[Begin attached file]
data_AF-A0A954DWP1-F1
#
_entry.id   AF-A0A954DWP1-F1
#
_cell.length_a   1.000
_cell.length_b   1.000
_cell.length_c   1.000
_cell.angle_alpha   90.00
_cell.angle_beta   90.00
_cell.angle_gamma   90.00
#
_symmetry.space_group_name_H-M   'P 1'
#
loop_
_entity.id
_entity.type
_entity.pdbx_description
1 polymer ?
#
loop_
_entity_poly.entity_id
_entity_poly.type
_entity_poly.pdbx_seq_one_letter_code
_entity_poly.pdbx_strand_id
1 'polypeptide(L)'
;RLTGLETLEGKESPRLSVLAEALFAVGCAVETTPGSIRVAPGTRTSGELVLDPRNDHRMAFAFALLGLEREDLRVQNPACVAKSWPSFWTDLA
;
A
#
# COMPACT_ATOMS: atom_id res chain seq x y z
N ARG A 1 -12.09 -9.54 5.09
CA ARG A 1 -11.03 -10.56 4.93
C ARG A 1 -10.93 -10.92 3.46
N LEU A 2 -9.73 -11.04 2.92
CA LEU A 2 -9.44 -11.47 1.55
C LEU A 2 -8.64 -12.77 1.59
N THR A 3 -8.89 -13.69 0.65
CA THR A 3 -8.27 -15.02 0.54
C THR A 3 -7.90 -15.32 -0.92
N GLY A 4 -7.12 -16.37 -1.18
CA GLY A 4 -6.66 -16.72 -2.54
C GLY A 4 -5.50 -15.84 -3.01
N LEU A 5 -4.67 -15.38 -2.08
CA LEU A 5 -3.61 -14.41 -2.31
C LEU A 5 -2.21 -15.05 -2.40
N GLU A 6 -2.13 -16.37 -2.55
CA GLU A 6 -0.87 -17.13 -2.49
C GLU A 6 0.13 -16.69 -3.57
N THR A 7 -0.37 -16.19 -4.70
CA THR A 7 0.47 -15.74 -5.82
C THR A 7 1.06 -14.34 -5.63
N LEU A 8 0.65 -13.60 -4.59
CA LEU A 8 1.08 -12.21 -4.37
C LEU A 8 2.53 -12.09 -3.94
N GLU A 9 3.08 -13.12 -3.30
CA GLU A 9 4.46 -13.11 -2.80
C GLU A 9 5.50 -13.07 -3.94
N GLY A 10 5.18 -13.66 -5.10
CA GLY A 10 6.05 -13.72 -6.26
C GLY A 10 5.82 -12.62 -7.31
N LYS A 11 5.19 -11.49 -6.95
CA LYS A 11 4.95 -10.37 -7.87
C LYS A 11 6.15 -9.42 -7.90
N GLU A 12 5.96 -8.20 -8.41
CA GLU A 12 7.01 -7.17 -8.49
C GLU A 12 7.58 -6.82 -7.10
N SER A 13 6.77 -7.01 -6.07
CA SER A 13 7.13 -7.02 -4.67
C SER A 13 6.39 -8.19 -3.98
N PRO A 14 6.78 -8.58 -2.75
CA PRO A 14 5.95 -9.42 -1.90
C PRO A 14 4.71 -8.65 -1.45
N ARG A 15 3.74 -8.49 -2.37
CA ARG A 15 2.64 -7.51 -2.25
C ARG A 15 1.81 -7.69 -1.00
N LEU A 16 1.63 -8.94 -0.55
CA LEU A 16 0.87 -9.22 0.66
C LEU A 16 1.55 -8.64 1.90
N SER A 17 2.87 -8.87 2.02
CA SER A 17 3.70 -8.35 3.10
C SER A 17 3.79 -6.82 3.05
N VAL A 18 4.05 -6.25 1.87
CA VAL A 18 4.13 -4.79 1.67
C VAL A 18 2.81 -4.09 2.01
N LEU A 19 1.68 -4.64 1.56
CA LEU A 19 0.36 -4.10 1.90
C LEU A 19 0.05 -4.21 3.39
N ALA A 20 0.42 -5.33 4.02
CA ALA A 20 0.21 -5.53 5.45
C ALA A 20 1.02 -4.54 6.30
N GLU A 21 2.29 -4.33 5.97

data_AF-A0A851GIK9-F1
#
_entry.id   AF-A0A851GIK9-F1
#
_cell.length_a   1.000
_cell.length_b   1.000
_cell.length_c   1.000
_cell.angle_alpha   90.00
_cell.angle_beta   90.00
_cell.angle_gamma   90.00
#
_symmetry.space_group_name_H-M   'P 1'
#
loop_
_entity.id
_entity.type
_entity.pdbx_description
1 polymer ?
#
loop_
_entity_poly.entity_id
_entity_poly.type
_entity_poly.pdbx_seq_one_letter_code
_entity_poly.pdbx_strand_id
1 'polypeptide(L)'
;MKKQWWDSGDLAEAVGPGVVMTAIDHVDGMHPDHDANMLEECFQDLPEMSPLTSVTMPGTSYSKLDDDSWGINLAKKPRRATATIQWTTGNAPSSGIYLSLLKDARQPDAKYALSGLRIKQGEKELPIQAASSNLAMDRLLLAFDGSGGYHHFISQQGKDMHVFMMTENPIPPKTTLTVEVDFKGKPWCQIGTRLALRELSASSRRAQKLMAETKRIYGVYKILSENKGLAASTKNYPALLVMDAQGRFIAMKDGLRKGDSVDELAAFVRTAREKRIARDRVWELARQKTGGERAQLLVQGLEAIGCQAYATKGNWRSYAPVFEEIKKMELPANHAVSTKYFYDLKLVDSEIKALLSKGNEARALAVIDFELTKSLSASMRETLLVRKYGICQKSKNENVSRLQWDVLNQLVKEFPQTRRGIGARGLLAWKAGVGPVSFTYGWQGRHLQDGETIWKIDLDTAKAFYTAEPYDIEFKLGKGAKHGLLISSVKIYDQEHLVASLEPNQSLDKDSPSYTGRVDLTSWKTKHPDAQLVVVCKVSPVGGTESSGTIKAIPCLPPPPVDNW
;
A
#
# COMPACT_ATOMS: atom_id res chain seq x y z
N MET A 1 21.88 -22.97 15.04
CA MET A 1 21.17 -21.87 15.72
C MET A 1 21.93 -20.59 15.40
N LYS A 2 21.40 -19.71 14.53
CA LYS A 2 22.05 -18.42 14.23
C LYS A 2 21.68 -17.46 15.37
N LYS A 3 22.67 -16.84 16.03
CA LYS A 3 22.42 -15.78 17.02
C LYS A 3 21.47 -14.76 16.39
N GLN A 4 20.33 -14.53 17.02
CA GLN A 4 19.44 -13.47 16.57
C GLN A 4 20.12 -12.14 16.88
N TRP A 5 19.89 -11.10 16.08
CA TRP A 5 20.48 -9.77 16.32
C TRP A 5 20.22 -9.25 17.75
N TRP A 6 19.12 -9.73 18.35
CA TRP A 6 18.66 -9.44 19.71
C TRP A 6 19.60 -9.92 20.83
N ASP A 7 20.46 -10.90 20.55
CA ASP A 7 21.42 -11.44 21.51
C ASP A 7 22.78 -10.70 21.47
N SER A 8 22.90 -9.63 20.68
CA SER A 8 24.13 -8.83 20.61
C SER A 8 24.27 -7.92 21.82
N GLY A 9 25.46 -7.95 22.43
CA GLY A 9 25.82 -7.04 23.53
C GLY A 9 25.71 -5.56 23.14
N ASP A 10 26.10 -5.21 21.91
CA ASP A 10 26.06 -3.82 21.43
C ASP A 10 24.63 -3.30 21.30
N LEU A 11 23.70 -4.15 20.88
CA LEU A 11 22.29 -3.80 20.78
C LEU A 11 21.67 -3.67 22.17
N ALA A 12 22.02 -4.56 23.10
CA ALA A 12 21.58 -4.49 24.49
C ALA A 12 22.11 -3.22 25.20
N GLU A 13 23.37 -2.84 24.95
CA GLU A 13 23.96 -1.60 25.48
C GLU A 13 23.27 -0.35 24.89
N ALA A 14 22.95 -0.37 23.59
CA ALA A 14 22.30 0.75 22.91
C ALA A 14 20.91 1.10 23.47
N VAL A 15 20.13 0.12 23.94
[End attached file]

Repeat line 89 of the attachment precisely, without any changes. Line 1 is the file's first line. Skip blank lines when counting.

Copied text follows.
CA ALA A 20 0.21 -5.53 5.45